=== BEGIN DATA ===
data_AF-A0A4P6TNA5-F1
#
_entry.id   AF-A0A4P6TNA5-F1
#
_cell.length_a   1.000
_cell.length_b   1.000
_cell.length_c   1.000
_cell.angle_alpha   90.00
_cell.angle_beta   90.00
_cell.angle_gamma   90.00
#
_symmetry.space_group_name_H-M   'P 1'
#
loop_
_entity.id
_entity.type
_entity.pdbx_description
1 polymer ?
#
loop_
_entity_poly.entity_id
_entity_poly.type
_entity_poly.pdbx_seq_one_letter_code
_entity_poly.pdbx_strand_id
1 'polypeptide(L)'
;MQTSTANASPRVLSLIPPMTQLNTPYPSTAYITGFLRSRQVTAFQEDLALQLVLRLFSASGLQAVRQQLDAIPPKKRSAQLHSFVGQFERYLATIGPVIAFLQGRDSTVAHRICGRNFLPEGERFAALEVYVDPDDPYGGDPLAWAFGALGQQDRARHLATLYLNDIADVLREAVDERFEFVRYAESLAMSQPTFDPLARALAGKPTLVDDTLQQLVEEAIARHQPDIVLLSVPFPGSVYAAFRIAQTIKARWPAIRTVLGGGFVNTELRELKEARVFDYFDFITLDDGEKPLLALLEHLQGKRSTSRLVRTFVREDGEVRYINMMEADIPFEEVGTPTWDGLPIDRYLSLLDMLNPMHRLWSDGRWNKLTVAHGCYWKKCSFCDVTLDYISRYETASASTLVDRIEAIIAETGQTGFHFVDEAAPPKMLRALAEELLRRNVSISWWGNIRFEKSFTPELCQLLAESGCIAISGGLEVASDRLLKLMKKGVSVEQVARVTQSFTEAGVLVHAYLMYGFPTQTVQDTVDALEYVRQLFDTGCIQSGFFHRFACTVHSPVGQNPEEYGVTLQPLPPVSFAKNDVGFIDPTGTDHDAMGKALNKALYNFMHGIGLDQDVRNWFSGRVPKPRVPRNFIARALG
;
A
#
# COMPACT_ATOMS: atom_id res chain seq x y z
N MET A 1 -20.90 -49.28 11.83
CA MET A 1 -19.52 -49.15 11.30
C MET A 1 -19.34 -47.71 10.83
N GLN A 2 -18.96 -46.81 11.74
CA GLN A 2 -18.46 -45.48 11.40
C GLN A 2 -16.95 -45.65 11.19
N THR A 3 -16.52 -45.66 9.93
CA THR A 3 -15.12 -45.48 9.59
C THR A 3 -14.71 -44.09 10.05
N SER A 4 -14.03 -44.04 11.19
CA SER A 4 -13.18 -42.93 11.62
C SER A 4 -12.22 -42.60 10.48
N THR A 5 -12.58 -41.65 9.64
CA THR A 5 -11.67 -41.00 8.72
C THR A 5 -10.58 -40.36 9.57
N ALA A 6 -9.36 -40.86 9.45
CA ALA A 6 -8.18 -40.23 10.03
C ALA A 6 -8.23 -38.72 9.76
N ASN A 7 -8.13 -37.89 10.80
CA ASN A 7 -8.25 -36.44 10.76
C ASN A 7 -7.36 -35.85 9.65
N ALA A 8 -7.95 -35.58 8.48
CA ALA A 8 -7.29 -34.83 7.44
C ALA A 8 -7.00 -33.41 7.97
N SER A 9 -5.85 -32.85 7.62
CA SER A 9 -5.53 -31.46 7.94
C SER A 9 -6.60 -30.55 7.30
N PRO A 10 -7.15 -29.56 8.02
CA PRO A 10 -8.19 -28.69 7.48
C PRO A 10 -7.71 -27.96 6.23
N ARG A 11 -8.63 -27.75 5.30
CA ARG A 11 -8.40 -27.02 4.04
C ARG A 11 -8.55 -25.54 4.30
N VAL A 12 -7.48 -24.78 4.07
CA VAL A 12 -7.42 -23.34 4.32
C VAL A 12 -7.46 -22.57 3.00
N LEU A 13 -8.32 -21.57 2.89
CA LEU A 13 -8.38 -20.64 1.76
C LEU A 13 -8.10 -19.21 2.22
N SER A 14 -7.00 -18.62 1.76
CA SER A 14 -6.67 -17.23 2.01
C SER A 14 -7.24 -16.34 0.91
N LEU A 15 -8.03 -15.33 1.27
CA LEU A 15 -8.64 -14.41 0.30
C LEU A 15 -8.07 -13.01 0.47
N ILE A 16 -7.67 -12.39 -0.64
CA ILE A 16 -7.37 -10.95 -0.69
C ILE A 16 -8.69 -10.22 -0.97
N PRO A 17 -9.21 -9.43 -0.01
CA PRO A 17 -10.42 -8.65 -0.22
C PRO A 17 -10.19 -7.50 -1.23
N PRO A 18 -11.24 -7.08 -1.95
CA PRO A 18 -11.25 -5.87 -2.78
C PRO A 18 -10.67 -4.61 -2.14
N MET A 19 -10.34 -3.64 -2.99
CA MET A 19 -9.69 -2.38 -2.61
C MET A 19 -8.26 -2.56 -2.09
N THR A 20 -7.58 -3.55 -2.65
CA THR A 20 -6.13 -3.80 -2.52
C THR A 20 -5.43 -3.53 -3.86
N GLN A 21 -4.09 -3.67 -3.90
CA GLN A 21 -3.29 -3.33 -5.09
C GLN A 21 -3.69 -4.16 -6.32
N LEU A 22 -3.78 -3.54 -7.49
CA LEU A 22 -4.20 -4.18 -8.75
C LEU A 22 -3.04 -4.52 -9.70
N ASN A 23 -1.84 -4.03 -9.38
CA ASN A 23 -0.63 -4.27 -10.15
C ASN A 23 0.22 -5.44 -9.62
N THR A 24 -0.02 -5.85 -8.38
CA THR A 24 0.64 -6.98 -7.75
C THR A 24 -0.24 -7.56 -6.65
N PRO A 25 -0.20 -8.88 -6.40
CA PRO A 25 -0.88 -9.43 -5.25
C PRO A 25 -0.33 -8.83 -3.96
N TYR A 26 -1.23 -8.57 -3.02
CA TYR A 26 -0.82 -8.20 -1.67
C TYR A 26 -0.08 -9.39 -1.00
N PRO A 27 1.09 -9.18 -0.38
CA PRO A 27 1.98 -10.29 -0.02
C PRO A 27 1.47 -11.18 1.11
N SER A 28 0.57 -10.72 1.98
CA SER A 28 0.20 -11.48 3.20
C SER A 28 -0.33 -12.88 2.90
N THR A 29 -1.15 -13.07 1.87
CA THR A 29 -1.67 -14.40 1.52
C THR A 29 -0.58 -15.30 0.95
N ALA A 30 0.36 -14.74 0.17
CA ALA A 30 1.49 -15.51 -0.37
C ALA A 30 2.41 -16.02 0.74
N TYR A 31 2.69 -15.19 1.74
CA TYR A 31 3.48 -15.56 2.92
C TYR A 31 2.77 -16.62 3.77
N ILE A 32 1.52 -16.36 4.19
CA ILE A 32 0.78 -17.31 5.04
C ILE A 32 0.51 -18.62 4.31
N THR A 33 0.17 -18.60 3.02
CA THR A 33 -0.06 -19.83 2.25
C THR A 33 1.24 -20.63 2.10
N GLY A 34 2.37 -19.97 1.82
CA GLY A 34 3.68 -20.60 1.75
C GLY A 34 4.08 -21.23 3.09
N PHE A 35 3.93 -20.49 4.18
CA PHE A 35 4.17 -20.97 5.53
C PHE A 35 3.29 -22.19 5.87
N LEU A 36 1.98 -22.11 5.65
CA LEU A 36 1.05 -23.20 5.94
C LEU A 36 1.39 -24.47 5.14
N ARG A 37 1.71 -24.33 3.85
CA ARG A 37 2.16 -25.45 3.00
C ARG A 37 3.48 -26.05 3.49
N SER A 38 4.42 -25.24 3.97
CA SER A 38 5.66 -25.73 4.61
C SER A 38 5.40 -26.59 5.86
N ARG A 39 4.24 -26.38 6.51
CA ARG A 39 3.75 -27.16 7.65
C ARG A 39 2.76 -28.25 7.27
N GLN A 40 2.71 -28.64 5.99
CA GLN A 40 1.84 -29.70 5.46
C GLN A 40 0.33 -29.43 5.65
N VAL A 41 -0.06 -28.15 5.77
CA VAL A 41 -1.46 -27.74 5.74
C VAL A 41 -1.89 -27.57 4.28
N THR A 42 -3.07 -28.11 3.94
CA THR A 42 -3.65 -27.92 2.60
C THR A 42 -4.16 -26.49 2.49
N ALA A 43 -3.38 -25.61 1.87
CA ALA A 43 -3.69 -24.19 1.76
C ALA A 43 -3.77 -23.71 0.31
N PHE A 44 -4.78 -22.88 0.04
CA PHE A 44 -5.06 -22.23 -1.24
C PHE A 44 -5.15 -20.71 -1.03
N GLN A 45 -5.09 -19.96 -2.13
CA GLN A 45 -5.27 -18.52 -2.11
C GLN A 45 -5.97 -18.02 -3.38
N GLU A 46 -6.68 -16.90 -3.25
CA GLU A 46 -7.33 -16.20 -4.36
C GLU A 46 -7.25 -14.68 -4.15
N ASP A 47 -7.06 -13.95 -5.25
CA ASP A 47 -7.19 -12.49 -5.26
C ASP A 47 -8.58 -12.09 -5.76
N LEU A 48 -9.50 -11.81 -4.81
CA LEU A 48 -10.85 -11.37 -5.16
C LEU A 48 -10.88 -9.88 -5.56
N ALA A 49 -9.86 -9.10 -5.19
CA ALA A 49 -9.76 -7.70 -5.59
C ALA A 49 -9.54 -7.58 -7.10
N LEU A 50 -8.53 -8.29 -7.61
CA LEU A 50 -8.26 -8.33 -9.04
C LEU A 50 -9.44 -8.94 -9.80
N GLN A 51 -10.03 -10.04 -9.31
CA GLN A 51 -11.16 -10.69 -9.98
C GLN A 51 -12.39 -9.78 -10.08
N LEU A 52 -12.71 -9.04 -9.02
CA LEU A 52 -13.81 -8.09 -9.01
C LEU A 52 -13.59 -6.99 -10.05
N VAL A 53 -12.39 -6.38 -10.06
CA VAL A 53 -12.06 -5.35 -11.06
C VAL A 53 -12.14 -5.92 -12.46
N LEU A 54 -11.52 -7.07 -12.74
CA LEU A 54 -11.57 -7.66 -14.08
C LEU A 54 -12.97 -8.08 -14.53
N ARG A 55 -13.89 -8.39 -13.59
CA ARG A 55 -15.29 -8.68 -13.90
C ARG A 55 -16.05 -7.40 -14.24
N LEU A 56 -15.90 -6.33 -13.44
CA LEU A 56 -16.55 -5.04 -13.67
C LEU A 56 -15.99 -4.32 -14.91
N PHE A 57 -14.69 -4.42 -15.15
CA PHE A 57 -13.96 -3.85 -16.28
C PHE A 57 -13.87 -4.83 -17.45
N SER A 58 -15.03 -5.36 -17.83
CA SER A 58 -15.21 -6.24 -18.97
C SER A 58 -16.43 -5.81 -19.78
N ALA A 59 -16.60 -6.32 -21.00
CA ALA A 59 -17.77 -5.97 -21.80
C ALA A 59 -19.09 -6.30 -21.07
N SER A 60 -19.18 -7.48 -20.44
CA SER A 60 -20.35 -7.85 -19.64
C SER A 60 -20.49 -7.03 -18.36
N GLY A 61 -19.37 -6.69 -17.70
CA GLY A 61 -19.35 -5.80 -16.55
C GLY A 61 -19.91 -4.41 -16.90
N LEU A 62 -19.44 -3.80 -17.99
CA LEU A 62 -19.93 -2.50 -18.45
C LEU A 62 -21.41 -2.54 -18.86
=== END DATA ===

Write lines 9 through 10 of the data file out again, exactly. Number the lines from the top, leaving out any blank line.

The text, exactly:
_cell.angle_beta   90.00
_cell.angle_gamma   90.00